FIFA is best known as a console and PC game, but EA’s hit soccer franchise has had a dedicated mobile audience for years now too. Some fans have had a hard time enjoying FIFA 15 Ultimate Team since it arrived last month for iOS and Android devices, however, because it’s been marred by technical issues.
Like its predecessor FIFA 14, the new game has been well-received by fans and critics at mobile-centric sites like Touch Arcade and Pocket Gamer. But as is too often the case for sports games like this, the actual high quality gameplay has been overshadowed for some players by their inability to access it in the first place. Judging from player reviews posted on the iOS app store and Android’s Google Play store as well as comments posted on various gaming forums including EA’s own channels, mobile FIFA fans have run into a number of performance issues when trying to play the new Ultimate Team. While the specifics are diverse, a core problem is with the stability of the game and its servers—something that affects people’s ability to access different parts of the game (or access the game entirely), link it successfully to their Facebook accounts, and retain progress and in-game currency they’ve acquired.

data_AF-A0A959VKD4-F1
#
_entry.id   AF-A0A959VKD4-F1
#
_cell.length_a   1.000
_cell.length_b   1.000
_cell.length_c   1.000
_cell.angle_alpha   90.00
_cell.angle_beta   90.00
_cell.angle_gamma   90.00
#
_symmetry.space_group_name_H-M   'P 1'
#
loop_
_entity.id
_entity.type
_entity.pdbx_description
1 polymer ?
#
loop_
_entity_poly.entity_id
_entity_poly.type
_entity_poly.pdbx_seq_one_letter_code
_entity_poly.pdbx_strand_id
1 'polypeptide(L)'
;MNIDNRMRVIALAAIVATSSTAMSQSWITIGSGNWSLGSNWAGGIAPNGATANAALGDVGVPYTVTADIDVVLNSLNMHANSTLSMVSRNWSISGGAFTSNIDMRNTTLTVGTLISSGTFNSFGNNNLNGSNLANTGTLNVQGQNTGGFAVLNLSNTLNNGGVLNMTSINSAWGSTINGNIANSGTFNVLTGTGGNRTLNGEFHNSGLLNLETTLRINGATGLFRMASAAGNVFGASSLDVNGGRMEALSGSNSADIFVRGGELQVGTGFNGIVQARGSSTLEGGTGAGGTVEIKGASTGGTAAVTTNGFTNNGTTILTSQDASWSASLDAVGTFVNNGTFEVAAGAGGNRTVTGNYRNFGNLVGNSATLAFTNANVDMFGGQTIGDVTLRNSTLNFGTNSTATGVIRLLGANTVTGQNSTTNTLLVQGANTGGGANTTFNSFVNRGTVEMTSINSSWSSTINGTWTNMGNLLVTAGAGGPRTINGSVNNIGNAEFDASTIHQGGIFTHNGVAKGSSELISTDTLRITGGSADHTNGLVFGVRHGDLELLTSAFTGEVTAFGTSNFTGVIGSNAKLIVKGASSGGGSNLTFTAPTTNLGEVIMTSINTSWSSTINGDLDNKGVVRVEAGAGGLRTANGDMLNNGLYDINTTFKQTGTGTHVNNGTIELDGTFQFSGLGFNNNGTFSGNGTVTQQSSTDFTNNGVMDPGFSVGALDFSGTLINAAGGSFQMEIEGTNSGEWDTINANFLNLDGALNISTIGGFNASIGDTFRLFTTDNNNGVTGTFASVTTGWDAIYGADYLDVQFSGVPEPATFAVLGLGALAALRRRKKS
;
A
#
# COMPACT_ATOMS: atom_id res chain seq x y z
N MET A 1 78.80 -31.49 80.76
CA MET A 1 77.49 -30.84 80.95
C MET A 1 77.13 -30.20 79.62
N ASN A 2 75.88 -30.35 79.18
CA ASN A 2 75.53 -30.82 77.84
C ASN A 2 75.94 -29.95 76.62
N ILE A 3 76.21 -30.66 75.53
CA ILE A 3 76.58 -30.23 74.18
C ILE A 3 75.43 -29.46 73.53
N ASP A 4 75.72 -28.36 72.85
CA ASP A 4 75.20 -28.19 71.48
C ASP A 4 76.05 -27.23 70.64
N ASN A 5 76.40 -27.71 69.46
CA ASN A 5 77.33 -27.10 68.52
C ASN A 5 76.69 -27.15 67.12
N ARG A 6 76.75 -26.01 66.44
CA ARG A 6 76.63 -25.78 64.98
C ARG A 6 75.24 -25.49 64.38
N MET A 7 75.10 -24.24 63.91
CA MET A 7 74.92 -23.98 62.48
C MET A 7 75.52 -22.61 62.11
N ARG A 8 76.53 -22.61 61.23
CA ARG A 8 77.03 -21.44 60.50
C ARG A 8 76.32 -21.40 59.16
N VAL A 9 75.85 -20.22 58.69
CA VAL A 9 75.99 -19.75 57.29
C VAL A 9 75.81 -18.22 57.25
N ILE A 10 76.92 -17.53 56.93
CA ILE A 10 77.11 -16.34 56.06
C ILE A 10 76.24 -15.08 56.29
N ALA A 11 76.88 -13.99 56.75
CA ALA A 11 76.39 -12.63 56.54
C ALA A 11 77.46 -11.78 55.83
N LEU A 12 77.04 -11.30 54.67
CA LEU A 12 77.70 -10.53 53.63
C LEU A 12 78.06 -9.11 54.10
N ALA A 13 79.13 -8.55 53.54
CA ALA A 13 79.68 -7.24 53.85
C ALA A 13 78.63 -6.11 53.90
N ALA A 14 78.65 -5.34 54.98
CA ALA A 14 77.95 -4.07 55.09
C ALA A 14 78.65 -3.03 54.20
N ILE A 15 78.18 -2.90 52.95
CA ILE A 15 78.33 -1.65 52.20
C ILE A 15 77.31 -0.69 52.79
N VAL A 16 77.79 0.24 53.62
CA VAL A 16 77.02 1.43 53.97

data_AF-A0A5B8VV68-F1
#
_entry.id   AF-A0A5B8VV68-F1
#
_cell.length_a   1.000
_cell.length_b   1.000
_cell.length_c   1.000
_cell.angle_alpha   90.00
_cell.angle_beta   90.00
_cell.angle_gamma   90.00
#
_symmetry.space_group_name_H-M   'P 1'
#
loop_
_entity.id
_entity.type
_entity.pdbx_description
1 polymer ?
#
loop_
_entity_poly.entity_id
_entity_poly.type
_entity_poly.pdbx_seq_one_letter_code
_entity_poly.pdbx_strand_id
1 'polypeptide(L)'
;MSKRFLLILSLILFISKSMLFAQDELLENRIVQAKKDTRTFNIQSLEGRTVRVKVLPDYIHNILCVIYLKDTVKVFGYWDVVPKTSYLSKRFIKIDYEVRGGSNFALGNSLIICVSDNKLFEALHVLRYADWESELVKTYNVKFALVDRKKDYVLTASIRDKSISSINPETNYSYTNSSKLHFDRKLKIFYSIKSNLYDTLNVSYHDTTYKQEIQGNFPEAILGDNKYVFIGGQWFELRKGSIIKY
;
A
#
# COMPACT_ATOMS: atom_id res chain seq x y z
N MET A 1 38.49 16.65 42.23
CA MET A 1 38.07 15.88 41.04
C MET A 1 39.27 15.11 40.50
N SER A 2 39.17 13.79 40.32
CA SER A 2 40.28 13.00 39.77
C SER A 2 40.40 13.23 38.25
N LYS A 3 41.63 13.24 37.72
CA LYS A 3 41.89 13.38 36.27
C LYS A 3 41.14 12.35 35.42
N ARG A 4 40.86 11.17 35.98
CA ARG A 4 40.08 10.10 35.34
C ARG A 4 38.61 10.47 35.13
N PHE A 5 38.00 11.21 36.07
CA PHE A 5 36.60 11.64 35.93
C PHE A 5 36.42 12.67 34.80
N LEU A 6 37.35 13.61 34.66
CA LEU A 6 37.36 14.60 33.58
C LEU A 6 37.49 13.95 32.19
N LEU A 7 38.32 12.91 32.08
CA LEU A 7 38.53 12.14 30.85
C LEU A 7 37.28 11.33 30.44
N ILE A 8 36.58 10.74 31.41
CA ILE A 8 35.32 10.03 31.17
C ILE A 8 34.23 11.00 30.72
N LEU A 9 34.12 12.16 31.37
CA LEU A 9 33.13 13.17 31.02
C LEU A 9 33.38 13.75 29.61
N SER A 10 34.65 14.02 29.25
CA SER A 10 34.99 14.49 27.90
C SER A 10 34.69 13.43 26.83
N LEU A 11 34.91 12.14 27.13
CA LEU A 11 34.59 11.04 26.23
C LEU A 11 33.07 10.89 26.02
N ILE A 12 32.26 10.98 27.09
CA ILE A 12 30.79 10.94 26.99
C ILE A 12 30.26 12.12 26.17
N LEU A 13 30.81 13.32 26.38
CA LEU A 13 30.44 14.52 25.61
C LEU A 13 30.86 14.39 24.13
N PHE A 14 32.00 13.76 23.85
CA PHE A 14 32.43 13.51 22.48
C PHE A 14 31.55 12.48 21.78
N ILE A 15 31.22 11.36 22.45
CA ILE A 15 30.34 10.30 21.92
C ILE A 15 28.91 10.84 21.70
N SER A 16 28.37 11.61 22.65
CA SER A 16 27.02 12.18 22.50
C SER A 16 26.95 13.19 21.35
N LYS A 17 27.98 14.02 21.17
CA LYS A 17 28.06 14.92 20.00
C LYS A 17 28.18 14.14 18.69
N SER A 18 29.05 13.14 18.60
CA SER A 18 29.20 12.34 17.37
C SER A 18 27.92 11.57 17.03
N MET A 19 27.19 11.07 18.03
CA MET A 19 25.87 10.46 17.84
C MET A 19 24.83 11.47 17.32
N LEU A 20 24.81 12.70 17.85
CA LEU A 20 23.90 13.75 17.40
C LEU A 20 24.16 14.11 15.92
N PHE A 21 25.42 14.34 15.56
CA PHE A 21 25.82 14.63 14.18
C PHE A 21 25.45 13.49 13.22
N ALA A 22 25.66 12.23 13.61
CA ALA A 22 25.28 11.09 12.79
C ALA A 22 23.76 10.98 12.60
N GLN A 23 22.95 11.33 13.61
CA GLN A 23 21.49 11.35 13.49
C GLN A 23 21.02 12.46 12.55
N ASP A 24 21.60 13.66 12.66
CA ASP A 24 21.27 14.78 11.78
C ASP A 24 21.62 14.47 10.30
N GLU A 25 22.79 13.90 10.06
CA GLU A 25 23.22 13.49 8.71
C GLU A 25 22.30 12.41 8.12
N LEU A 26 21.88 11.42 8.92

One particularly frustrating FIFA issue experienced by some, including Deadspin’s Tim Burke, cuts off players’ connections right at the end of a match, thereby failing to register the match’s successful completion. This has wider ramifications for the game because, like many popular mobile titles, FIFA 15 Ultimate Team has microtransactions and in-game currency. It’s also a sports management game, which means that an important aspect of its gameplay that players sink a lot of time and energy into is building a team full of their preferred players. To build and maintain a team, you have to spend either coins or “FIFA points,” the two types of in-game currency. Points are the one type of in-game currency that can be purchased with real money: $0.99 for 100 points, $2.99 for 300, all the way up to $99 for 10,000. These two different types of currency are then used to acquire players by either purchasing packs of cards and hoping there are some good players inside (think drafting in Magic: The Gathering), or seeking out individual players on the game’s “transfer market.”